Make us your home page
Instagram

Sue Carlton: Where's the love, Joe?

Joseph W. Lopano may be in play for big jobs elsewhere.

STEPHEN J. CODDINGTON | Times

Joseph W. Lopano may be in play for big jobs elsewhere.

Maybe it's a bad sign that the hot shot we got to run our beloved Tampa International Airport, a guy you can't help but like and hoped to keep around awhile, does not own a home here two years into the job.

Joe Lopano, who has done good things at TIA but may be in play for big jobs elsewhere, rents. (Harbour Island, with his wife.) Say it ain't so, Joe.

Why should we worry? Currently open is the job of CEO at Dallas-Fort Worth International Airport, where Lopano worked for 14 years. Naturally, he says, being head guy there was something he thought about back then. Now they might try to coax their high-energy former vice president home, something a Fort Worth newspaper has already suggested.

For the record, the retiring Dallas CEO made more than $400,000 a year. Lopano is getting $315,000 here. And his name may well come up for other major airport jobs.

So at a special meeting today, the board that oversees our airport tackles this dilemma: enhance Lopano's compensation package to keep him, or expect him to keep going on the already-sizable sum he agreed to.

Where's the love, Joe?

Actually, Lopano isn't saying much about the possibility of leaving, and has from day one made clear that he likes it here. He has talked with contagious enthusiasm about kayaking Honeymoon and Caladesi islands, morning walks along the waters off Davis Islands and downtown, even finding Mazzaro's market for his Lopano-made marinara and meatballs. Soon after he got here, he told me the weather in Texas had been "sunny, with a chance of death," but you could tell he loved it there, too.

A nature photographer, he seemed particularly fascinated with our fierce-looking ospreys, the ones you see carrying wriggling fish over the water. He could not say enough about our ospreys.

Last year, he told a reporter he and his wife were looking at places on the water and talking about a boat, and I'm sorry, but a boat in Dallas hardly seems the same.

Possibly Texas does have sunsets, too, but I doubt they amount to much compared to what you get atop the TIA parking garage.

Most important, though, is that Lopano quickly understood the borderline-freakish pride we have in our airport, undeniably one of the best in the country. He brought likability and drive to the job, adding overseas flights and upping our profile, overseeing an airport master plan and talking about a vision for its future. So far, so good.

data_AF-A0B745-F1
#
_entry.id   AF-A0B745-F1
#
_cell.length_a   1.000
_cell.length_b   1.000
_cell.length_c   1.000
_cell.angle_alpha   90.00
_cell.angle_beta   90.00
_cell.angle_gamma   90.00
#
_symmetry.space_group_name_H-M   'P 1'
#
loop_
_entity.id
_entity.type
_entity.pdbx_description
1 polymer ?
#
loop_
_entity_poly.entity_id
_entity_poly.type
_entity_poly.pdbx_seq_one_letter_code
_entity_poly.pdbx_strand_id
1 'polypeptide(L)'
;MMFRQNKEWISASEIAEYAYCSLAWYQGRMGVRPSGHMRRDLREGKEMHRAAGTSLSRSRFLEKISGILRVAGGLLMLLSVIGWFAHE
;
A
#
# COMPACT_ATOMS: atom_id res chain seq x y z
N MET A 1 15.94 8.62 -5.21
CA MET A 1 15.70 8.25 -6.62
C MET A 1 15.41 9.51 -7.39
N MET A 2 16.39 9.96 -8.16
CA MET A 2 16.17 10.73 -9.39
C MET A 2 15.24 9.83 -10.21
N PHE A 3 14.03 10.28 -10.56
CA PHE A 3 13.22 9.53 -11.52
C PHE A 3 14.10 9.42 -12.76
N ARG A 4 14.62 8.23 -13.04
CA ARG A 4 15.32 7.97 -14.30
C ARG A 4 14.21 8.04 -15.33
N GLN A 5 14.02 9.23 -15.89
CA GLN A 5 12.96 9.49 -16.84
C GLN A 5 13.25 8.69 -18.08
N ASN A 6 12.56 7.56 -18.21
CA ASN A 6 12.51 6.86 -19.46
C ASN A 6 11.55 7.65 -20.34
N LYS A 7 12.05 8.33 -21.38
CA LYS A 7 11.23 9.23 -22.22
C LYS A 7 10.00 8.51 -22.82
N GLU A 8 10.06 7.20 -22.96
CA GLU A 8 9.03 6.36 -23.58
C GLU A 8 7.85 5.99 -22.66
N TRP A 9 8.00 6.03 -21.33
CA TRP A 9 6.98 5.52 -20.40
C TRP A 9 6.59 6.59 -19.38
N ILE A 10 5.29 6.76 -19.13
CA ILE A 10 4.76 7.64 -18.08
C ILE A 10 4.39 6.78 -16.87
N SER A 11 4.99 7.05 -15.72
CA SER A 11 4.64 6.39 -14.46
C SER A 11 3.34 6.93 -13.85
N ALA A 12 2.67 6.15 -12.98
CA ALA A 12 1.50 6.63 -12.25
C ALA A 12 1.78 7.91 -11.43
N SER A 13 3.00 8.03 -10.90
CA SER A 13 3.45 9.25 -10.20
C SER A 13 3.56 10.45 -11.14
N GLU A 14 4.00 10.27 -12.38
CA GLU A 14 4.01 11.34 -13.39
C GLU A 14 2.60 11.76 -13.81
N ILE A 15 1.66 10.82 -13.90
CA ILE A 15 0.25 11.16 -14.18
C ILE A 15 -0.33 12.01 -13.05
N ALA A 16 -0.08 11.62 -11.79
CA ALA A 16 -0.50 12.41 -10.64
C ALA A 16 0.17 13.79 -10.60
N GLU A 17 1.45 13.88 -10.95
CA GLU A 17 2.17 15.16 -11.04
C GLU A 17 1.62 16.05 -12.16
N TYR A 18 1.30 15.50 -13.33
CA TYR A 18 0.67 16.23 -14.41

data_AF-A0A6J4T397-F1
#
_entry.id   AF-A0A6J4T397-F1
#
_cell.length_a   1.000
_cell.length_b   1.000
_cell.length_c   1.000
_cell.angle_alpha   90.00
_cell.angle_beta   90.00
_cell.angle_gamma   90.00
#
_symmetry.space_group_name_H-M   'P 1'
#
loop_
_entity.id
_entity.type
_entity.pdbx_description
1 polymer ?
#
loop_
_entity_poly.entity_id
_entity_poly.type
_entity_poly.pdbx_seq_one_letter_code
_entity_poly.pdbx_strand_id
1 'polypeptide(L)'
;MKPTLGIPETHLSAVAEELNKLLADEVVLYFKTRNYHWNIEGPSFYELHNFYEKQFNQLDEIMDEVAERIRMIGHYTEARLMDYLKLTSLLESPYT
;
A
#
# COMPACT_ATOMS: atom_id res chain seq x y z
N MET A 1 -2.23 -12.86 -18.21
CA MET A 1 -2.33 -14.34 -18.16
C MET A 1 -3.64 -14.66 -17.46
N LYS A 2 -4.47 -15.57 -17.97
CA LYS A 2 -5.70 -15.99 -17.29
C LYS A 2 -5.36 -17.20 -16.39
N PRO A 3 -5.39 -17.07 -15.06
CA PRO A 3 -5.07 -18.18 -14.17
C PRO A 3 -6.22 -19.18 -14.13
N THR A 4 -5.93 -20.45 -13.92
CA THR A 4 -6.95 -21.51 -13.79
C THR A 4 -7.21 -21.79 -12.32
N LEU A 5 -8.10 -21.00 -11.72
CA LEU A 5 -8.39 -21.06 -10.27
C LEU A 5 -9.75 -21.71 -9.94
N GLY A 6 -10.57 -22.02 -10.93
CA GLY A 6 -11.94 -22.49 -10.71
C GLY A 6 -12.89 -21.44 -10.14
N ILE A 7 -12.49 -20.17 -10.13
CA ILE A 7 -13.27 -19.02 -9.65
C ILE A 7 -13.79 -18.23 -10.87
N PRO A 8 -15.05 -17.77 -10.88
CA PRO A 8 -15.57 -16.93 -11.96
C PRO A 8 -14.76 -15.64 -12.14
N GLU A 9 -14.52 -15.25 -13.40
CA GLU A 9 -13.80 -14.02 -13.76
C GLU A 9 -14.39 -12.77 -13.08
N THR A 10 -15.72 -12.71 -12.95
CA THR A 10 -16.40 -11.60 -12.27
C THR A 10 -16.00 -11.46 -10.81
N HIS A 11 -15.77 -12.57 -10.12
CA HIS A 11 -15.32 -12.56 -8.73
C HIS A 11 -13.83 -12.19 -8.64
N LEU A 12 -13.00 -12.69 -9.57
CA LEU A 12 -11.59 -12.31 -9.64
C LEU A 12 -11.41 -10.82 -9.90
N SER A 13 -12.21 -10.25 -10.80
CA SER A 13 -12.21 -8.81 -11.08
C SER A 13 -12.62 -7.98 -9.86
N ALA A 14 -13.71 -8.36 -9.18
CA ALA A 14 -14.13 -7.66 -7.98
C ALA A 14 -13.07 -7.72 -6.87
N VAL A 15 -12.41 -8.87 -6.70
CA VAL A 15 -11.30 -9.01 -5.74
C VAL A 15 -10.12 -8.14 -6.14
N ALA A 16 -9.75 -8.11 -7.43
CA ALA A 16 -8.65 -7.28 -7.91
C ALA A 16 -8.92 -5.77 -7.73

So what happens if it comes time for him to decide?

Well … you want him to finish what he started and honor the contract in place. You don't want to be in the position of throwing out more money every time another town comes sniffing around.

And … you can't help but get why a guy might leave for more money and a big city he already knows.

Even those against ponying up a penny at the moment don't want Joe to go.

These are the growing pains of a little big town: Leaders you bring in to make the place more desirable and cosmopolitan may leave you for places deemed, well, more desirable and cosmopolitan.

Today's a tough one for the board. What's a reasonable amount to keep talent? Given a contract and an agreement, is any amount reasonable?

And maybe it won't matter. Maybe in the end, Texas just has bigger ospreys than ours.

Sue Carlton: Where's the love, Joe? 02/28/13 [Last modified: Thursday, February 28, 2013 9:53pm]
Photo reprints | Article reprints

© 2017 Tampa Bay Times

    

Join the discussion: Click to view comments, add yours

Loading...
  1. 'Toxic' times: How repeal of Florida's tax on services reverberates, 30 years later

    State Roundup

    TALLAHASSEE — Long before Hurricane Irma attacked Florida, the state faced a troubled fiscal future that the storm will only make worse.

    Robertson says the tax debate is now “toxic.”
  2. Fewer Tampa Bay homeowners are underwater on their mortgages

    Real Estate

    The percentage of Tampa Bay homeowners underwater on their mortgages continues to drop. In the second quarter of this year, 10.2 percent of borrowers had negative equity compared to nearly 15 percent in the same period a year ago, CoreLogic reported Thursday. Nationally, 5.4 percent of all mortgaged homes were …

    The percentage of Tampa Bay homeowners underwater on their mortgages  continues to drop. [Times file photo]
  3. 'What Happened'? Clinton memoir sold 300,000 copies in first week

    Blogs

    Despite being met with decidedly mixed reviews, What Happened, Hillary Clinton's new memoir about the 2016 presidential campaign, sold a whopping 300,000 copies in its first week.

    The new memoir by former presidential candidate Hillary Clinton sold 300,000 copies in its first week.
  4. After Irma topples tree, home sale may be gone with the wind

    Real Estate

    ST. PETERSBURG — To house hunters searching online, the home for sale in St. Petersburg's Shore Acres neighborhood couldn't have looked more appealing — fully renovated and shaded by the leafy canopy of a magnificent ficus benjamini tree.

    Hurricane Irma's winds recently blew over a large ficus tree, left, in the yard of a home at 3601Alabama Ave NE, right, in Shore Acres which is owned by Brett Schroder who is trying to sell the house.
[SCOTT KEELER   |   Times]

  5. Unemployment claims double in Florida after Hurricane Irma

    Business

    The number of Americans seeking unemployment benefits dropped by 23,000 last week to 259,000 as the economic impact of Hurricane Harvey began to fade.

    Homes destroyed by Hurricane Irma on Big Pine Key last week. Hurricane Irma continued to have an impact on the job market in Florida, where unemployment claims more than doubled from the previous week.
[The New York Times file photo]